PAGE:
Series J, Episode 15
- Alan Davies,
- Rob Brydon,
- Tim Vine,
- Julia Zemiro
Due to air: Friday 11th January 2013 at 10pm, BBC Two
XL Due to air: Saturday 12th January 2013 at 9pm, BBC Two
Ask an ElfAsk An Elf
Stephen's CardsLongest-Running GagThe Traoré and Koné clans in Mali have been joking about which of them loves eating beans (traditionally a meal associated with poverty) since the gag was started by a 13th-century king named Soundjata Keita. This is an example of Sanankuya or 'Joking Relationship' in which members of tribal families, who have engaged in serious conflict in the past, are required to make jokes about each other.
The idea is that it gives the families an outlet for hostility, and forms part of an agreement that prohibits the spilling of the other’s blood. The important thing is that they are not only required to engage in these insulting exchanges, but they are equally obligated not to take offence.
Similar relationships are thought to be the origin of 'The Dozens', a game common in African-American communities in which participants insult each other in turn until one gives up or violence erupts. This is where 'Yo Mama' jokes gained popularity, though they are, of course, much older than that, as seen in this exchange from Shakespeare's Titus Andronicus:
Demetrius: 'Villain, what hast thou done?'
Aaron: 'That which thou canst not undo.'
Chiron: 'Thou hast undone our mother.'
Aaron: 'Villain, I have done thy mother.'
Historical JestersIn 16th-century France, the Anagrammateur Royale (or 'a true mayoral manager', as we call him) was a type of jester who found flattering anagrams of dignitaries' names. If Alan had visited, for instance, he might have introduced a 'naïve salad' or 'a ladies van'. Or even an 'anal adviser' if you include his middle initial 'R' for Roger.
The Japanese jesting art of Maeku-zuke literally means 'responding to the front line' and is often called 'Verse Capping' in English. The basic rules are that one poet would read a 5-7-5 syllabled haiku, after which another would add two more lines of seven syllables each, ideally making a full witty or satirical poem.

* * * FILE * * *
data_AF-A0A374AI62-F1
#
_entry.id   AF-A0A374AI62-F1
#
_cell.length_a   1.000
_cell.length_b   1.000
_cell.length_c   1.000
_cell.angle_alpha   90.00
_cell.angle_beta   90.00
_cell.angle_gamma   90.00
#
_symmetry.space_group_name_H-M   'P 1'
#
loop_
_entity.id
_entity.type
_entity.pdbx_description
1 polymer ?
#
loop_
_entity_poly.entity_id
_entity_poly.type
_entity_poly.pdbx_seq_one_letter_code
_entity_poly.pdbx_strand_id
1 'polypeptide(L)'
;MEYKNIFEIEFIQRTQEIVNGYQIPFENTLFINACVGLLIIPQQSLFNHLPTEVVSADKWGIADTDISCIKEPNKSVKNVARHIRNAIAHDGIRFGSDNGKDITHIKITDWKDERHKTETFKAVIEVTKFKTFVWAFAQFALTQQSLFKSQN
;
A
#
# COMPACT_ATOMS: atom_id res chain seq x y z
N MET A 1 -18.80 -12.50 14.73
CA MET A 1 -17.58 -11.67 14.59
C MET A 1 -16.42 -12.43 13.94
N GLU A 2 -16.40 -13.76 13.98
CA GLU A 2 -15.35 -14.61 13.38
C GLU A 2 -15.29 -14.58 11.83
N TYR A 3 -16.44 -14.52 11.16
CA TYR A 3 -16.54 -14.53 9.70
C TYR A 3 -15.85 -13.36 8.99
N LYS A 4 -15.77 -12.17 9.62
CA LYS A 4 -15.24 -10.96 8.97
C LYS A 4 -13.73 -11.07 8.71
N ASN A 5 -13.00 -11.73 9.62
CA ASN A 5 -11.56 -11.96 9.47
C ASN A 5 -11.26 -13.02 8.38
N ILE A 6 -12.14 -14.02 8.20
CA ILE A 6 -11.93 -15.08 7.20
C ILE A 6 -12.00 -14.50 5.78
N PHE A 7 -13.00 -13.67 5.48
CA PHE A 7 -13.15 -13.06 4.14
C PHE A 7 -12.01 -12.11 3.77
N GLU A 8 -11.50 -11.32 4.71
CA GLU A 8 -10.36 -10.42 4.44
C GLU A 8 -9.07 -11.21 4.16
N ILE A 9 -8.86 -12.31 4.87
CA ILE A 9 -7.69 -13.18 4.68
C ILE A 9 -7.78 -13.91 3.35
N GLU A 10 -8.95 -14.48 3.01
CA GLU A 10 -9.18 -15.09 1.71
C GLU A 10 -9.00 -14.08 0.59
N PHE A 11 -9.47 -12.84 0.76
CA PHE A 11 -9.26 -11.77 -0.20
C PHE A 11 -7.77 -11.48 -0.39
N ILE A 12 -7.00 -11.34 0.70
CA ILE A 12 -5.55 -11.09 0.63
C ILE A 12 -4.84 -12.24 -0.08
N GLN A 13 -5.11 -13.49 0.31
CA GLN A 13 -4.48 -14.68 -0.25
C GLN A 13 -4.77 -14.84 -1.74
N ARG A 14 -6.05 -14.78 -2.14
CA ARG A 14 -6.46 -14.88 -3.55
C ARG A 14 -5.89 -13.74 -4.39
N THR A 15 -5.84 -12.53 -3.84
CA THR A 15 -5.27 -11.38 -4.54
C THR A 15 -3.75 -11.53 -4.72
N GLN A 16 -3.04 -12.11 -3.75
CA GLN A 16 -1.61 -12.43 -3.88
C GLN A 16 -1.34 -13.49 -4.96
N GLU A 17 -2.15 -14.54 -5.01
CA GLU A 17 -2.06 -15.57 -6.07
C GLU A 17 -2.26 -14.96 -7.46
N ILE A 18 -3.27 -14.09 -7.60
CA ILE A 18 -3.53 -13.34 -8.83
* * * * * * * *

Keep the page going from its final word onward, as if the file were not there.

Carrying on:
Maeku-zuke contests often involved the award of prize money. In fact, they became so profitable and popular between 1716 and 1735 that the government stepped in to put a stop to them.
JerboasThe long-eared jerboa is a cartoon-like rodent that lives in the Gobi Desert. Its ears are proportionately the largest of any mammal and equivalent to a human adult having ears over three feet long. They are likely to be an adaptation to allow the animal to cool its blood more easily in the hot Gobi summer.
Jerboas also have extremely long tails that help them to balance as they hop around like kangaroos. Just like 'roos they sometimes use the tails to prop themselves up as they sit. Jerboas have little hairs on their feet which act like snow shoes, stopping them from sinking into the sand. If threatened they can jump up to three metres.
The word 'Jerboa' comes from the Arabic jarbu meaning 'flesh of the loins'. They tend to not drink water, getting their moisture from food, indeed some jerboas in labs have lived for three years on nothing but seeds.